Numerous variations in our invention are also possible with respect to the arrangement of the elements, procedures that are used, and the like. For example, as indicated in the discussion related to FIG. 2, the beaded plate is best located in the image plane of the pseudoscopic image reconstructed from the first integral photograph; but it could be located elsewhere. Similarly, while an integral photograph such as photograph 110 of FIG. 2 is one means for recording information that is reconstructed as a pseudoscopic image, other means are available. For example, a hologram could be used instead because the real image reconstructed from a hologram is pseudos-copic. In other cases where .a reconstructed pseudoscopic images is acceptable, a beaded plate integral photograph can be formed simply by exposing a beaded plate directly to light from the object. And where reversal development is not required, the development process can be modified accordingly.
Still other modifications and applications within the scope of our invention will be obvious to those of ordinary skill in the art.
What is claimed is:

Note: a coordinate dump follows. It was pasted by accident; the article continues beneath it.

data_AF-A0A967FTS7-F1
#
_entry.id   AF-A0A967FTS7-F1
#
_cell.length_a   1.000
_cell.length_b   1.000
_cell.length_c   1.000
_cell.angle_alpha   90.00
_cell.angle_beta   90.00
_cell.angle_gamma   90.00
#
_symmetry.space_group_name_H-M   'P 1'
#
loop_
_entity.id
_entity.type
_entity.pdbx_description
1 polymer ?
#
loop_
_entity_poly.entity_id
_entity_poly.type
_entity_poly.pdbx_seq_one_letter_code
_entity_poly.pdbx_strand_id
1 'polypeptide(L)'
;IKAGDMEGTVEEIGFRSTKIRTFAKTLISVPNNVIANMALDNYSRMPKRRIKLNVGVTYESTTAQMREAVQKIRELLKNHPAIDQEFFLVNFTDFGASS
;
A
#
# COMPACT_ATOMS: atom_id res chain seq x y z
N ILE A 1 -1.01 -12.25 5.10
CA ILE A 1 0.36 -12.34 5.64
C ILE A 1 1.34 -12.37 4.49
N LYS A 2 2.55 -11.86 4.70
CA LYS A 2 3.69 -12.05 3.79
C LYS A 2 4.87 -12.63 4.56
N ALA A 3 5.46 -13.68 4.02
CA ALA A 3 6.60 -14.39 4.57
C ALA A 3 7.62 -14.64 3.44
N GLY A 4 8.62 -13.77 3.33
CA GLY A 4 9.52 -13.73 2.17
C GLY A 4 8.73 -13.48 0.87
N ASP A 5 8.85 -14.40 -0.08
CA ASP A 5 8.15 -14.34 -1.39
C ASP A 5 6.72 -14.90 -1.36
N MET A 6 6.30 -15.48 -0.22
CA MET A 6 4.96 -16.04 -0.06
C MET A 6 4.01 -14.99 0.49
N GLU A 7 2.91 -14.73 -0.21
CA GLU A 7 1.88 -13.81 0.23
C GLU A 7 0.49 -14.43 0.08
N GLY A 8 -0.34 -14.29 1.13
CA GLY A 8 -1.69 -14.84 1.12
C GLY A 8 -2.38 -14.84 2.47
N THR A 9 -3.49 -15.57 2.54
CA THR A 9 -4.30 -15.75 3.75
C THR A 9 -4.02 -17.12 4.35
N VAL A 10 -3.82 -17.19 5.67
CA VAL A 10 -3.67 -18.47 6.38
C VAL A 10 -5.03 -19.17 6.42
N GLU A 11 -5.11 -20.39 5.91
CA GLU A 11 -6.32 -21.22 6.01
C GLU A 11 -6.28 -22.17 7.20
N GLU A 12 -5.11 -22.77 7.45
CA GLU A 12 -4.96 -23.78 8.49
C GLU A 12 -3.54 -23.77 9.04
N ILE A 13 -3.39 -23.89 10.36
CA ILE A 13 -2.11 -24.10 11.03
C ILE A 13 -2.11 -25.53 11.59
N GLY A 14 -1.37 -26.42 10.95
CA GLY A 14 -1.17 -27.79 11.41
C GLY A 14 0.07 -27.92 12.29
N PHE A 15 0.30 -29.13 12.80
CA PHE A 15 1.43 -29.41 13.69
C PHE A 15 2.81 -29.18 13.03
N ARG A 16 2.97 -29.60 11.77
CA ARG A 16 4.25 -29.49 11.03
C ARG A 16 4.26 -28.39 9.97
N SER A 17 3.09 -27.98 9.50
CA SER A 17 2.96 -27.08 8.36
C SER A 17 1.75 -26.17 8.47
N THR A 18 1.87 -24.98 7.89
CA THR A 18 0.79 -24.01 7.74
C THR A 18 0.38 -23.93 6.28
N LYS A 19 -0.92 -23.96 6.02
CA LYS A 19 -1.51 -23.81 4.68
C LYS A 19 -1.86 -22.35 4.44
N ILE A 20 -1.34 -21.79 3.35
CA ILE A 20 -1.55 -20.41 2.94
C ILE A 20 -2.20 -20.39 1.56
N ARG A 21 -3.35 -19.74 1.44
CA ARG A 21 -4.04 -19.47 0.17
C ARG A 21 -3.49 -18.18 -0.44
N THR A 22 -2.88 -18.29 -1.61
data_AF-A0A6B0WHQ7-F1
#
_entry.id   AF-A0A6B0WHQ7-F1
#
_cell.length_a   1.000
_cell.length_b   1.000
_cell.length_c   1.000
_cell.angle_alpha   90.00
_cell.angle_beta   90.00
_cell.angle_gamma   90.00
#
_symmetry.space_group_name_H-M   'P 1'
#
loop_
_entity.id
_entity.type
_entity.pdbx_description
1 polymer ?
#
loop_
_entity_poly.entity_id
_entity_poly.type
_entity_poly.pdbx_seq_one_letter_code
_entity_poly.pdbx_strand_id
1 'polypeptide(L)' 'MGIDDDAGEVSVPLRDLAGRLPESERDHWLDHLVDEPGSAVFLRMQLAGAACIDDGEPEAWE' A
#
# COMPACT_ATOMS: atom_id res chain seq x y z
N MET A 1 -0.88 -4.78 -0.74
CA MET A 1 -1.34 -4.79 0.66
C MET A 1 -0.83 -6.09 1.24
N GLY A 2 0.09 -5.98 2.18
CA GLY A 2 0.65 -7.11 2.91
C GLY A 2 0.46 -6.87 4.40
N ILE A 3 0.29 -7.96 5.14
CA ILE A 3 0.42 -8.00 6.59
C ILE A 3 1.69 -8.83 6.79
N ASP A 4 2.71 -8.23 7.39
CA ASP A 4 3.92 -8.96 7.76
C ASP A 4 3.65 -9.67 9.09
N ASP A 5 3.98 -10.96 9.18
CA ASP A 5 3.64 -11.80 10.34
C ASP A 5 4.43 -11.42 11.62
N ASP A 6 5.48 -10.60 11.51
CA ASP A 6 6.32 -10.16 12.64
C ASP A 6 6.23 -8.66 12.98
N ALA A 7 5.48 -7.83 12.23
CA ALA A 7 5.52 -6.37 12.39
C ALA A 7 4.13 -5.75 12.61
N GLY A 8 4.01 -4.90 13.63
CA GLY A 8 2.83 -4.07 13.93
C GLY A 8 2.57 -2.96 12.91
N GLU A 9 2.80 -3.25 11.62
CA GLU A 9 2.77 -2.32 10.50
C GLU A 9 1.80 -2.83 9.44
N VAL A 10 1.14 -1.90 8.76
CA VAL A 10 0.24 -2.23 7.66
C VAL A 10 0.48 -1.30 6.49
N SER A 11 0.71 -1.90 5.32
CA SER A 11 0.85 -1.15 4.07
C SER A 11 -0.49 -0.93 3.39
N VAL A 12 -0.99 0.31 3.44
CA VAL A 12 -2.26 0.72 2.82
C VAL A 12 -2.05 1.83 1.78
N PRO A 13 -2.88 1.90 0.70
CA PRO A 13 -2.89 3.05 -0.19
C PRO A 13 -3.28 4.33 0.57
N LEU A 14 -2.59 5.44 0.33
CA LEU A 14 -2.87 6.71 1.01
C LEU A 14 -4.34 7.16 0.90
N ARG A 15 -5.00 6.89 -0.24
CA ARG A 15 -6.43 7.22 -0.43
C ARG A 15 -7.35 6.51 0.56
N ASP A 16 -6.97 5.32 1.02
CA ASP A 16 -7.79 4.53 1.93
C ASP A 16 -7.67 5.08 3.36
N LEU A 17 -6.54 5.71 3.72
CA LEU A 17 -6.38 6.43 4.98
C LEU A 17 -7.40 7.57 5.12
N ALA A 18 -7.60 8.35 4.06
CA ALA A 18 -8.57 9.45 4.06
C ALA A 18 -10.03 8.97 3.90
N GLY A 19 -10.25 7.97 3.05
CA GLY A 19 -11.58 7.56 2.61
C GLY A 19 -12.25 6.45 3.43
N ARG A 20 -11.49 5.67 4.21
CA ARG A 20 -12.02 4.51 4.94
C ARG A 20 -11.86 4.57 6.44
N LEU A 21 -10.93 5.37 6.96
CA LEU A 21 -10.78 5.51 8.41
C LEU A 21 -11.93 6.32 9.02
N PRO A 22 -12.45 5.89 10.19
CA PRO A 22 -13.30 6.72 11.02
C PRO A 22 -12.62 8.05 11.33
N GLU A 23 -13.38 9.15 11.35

1. A method for recording an integral photograph comprising the steps of:
soaking in a water solution a fine-grained high-resolution, high-constrast photographic emulsion that is approximately six microns thick and is mounted on a substrate;
sprinkling onto the emulsion a multitude of minute transparent spheres having an index of refraction of approximately two and a diameter of less than approximately 200 microns;
removing any transparent spheres that do not adhere to the emulsion;
exposing said emulsion by directing electromagnetic radiation from the object through an array of lenses to form reduced-size real images of the object, and thence through the spheres to form in the emulsion adjacent each sphere an image of the object; and